Over the years, young Georgians have become increasingly accustomed to the idea of their country’s ever-closer alignment with the West. In 2023 Georgia gained European Union candidate status, having made some progress on required democratic reforms. At the 2008 NATO summit in Bucharest, the country was also promised “eventual membership” of the defensive alliance. Many of this younger generation have come of age in an independent Georgia, have pursued higher education opportunities abroad or were raised by parents and grandparents who went to work in Europe and the US after the collapse of the Soviet Union in 1991.

Since 2000, any Georgian hoping to visit Russia has faced strict visa requirements, and though Russia’s last war with Georgia was 16 years ago, young Georgians continue to resent its lasting impact, namely that Russia still occupies some 20% of Georgian territory in South Ossetia and Abkhazia. For them, Russia is both a historic and present-day threat.

Protesters hold up their phones with the torches on during a protest against the bill in Tbilisi, Georgia, 11 May 2024. Photo: Zurab Tsertsvadze / AP Photo / Scanpix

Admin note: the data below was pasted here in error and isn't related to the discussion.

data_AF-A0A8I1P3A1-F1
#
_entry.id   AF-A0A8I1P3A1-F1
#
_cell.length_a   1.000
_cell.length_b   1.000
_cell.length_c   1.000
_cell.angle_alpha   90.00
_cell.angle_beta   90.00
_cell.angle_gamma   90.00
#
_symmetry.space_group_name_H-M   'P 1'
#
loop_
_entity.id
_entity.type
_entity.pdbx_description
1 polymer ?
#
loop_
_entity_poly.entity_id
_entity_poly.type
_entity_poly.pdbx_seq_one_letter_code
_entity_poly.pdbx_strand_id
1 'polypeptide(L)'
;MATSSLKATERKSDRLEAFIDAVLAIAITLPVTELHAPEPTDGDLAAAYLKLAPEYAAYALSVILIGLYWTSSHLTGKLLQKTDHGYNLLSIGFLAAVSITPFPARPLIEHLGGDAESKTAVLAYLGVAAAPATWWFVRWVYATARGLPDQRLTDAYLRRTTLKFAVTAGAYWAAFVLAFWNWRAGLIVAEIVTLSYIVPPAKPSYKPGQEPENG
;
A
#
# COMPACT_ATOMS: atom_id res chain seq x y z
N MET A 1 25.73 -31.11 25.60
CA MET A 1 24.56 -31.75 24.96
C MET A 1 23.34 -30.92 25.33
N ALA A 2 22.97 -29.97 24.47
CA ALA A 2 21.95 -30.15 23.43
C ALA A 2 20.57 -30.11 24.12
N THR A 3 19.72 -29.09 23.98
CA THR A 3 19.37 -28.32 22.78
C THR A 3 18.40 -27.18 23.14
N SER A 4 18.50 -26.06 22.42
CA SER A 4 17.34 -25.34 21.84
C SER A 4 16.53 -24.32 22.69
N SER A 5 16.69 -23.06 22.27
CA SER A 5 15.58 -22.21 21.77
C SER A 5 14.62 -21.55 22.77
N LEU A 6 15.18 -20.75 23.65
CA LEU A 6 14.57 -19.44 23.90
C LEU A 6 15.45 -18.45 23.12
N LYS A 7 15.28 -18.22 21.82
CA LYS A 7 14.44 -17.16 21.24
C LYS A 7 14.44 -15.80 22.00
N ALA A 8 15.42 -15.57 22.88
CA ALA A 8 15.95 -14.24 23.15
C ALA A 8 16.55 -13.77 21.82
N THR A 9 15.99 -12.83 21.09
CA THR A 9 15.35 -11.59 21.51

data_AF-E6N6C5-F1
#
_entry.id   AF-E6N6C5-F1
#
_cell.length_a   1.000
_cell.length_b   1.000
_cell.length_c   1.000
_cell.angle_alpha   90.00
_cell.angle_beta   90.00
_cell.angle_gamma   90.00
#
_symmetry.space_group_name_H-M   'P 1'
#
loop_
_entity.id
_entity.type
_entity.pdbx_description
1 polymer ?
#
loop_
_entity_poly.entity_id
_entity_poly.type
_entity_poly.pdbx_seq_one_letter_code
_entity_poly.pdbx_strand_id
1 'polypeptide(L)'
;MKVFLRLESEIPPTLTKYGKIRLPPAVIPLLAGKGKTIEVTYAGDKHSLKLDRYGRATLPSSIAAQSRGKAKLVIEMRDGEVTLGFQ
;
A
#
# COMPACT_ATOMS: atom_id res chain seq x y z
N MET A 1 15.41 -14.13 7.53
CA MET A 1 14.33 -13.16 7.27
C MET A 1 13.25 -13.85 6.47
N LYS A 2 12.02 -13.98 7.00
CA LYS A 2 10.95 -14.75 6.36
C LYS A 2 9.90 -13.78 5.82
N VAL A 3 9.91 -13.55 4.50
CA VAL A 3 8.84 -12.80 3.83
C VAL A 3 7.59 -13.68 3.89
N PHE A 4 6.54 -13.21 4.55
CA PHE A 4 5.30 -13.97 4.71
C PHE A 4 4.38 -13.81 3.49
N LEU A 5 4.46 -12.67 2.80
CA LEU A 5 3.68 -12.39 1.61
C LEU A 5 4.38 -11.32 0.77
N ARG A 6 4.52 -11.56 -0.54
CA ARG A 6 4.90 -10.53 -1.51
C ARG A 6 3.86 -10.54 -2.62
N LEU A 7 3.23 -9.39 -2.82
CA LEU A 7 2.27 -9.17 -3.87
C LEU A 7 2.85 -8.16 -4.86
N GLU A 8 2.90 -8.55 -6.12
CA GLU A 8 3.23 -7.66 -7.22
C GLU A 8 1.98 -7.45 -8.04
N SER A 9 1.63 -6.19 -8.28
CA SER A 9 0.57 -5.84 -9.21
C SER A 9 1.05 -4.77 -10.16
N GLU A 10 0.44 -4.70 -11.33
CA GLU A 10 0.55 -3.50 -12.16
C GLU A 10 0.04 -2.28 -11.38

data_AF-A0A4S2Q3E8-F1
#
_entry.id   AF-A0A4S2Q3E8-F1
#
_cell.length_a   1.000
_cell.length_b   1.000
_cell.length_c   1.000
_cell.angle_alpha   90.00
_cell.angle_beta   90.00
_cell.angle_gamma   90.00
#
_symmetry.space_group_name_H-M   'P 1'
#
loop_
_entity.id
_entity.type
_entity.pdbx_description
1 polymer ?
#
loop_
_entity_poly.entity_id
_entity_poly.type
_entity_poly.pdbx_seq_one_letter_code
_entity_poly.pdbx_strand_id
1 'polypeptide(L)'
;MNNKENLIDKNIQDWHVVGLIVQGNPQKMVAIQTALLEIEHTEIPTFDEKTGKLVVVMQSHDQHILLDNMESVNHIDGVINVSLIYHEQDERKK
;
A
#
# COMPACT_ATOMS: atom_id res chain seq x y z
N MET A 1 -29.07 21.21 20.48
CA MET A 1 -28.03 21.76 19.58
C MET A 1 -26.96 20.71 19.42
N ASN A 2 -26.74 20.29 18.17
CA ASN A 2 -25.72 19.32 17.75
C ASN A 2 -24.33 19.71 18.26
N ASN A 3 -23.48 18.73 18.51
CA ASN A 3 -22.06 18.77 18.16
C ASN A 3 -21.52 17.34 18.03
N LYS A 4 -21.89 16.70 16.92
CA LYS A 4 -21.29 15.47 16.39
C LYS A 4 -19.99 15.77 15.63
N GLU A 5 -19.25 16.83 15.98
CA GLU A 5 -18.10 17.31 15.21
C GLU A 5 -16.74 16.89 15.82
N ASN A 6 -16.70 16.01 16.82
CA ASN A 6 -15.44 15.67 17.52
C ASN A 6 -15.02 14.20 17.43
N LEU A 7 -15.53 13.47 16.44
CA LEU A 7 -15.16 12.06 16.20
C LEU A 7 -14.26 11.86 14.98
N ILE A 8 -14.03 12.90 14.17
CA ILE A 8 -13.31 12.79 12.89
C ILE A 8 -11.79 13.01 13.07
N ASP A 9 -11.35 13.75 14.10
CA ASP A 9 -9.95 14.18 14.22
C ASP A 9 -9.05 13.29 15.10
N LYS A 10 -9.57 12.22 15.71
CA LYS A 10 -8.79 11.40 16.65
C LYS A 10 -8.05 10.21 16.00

Protesters hold up their phones with the torches on during a protest against the bill in Tbilisi, Georgia, 11 May 2024. Photo: Zurab Tsertsvadze / AP Photo / Scanpix

After the outbreak of the war in Ukraine, anger at Russian expansionism has become even more pronounced. Approximately 100,000 Russians have relocated to Georgia since September 2022 to evade mobilisation, raising concerns of increased Russian influence in a country of just 3.7 million people — a potential fifth column that Putin could one day claim he needs to “protect” through military intervention.

Intimidation campaign

As Georgian Dream pushed the “Russian bill” through parliament, still unidentified perpetrators attacked government critics on numerous occasions in what appeared to be a well-orchestrated campaign of political intimidation.